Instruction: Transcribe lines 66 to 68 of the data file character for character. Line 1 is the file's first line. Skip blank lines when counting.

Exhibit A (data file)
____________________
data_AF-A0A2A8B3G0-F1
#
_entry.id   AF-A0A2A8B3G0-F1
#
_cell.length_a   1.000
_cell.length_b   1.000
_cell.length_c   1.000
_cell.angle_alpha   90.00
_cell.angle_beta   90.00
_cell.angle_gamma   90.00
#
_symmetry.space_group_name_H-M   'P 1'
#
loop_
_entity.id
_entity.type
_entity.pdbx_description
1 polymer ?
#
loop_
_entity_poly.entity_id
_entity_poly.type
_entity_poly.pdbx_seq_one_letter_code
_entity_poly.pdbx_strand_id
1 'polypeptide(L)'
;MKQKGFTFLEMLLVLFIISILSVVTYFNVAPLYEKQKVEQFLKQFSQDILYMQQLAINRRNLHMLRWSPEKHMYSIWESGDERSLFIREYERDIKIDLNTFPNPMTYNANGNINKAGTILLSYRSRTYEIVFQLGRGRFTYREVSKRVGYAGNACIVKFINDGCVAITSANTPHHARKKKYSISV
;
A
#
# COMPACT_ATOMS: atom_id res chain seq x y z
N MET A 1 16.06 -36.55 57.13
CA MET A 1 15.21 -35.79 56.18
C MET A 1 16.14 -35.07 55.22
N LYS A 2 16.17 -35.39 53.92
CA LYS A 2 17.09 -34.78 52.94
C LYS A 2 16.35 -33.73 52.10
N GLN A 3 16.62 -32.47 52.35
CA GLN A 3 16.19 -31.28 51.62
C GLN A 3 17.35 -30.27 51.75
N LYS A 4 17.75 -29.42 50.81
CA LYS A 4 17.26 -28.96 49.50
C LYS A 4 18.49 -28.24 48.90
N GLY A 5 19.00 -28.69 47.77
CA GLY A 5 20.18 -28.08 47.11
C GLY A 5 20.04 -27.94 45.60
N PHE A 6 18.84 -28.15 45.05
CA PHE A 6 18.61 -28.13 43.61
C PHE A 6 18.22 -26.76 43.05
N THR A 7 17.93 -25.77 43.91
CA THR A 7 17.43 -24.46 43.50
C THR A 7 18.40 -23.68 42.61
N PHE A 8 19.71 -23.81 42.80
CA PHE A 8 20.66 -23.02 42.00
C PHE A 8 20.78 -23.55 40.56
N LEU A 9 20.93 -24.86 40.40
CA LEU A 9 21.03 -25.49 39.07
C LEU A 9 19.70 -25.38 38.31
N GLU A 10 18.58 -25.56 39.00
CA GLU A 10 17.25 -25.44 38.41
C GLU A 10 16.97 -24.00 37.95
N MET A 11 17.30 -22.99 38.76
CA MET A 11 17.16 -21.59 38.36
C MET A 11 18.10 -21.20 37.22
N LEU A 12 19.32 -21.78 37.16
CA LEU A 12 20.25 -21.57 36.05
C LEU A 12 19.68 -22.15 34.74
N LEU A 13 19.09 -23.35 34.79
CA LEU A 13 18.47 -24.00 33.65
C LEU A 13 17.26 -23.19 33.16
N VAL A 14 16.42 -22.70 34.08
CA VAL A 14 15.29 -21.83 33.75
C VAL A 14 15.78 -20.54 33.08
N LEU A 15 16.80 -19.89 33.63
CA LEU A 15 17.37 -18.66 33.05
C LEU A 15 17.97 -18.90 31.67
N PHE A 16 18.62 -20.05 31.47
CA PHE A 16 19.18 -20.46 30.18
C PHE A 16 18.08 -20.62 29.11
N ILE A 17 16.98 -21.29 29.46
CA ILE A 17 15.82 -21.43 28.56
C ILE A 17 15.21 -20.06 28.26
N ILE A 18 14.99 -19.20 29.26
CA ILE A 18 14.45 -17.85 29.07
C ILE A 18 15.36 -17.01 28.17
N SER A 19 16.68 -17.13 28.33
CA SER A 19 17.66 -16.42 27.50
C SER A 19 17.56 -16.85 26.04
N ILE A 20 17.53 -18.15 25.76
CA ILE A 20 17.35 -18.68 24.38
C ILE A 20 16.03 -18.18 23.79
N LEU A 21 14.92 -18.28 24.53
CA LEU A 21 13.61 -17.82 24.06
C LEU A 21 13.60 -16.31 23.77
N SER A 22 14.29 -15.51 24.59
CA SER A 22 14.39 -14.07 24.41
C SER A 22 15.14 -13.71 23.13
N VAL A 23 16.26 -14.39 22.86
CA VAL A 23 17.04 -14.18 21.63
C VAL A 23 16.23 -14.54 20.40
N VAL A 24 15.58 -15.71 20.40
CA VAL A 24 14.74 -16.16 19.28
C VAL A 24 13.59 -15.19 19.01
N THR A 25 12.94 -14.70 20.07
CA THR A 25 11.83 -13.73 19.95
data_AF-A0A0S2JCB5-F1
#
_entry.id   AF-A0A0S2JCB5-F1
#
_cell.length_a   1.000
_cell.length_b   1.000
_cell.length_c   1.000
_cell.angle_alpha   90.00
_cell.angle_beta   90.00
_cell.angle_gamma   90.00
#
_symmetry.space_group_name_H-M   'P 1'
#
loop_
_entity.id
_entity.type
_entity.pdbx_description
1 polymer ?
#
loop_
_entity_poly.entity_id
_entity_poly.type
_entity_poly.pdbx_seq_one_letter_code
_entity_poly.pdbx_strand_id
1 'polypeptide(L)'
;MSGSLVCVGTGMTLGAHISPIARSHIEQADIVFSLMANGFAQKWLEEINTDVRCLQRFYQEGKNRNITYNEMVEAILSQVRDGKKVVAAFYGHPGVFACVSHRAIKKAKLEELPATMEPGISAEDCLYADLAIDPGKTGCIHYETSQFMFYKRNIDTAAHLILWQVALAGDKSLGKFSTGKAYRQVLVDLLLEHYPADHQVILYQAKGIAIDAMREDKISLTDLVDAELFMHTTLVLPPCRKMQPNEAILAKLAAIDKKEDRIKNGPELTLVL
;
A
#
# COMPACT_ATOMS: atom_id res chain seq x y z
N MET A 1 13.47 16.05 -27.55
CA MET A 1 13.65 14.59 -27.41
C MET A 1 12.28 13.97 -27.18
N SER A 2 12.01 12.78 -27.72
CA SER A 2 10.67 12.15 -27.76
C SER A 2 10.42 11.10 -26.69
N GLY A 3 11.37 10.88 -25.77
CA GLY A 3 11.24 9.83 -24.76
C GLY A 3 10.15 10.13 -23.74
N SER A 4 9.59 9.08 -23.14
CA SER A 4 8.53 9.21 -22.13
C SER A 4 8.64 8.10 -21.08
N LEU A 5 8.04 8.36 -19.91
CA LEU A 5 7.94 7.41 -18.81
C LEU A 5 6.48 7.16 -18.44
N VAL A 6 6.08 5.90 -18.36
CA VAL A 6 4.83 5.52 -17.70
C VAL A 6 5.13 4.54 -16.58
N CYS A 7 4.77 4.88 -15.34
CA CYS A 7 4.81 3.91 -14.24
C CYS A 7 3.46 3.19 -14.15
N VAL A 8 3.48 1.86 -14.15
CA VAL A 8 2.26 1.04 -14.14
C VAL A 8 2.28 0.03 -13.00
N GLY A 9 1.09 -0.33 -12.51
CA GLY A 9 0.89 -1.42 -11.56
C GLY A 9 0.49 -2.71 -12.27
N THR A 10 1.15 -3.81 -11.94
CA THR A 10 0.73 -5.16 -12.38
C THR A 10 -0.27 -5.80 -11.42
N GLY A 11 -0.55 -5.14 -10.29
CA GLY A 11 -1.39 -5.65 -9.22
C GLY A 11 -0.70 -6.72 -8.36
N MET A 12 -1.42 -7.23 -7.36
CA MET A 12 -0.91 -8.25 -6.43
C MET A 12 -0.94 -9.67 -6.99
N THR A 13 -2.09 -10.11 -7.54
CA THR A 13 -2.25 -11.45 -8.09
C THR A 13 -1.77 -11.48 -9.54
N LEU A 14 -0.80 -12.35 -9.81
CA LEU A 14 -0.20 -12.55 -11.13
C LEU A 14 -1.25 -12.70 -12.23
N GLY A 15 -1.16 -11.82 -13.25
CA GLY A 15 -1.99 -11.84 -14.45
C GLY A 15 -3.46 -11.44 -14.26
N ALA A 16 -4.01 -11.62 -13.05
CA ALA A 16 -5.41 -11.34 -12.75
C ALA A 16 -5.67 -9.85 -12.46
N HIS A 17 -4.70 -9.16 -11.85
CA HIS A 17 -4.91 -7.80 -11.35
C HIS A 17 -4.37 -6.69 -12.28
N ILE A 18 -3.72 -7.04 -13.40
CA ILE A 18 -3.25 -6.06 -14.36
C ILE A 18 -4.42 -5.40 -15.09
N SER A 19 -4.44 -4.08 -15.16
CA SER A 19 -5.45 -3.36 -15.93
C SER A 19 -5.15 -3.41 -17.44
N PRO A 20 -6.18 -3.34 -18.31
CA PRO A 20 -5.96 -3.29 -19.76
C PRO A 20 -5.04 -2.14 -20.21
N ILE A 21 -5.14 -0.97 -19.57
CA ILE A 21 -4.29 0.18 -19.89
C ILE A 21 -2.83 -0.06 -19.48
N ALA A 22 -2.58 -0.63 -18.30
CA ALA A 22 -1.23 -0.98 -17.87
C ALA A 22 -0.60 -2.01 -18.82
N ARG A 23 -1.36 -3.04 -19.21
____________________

C LEU A 12 19.68 -22.15 34.74
N LEU A 13 19.09 -23.35 34.79
CA LEU A 13 18.47 -24.00 33.65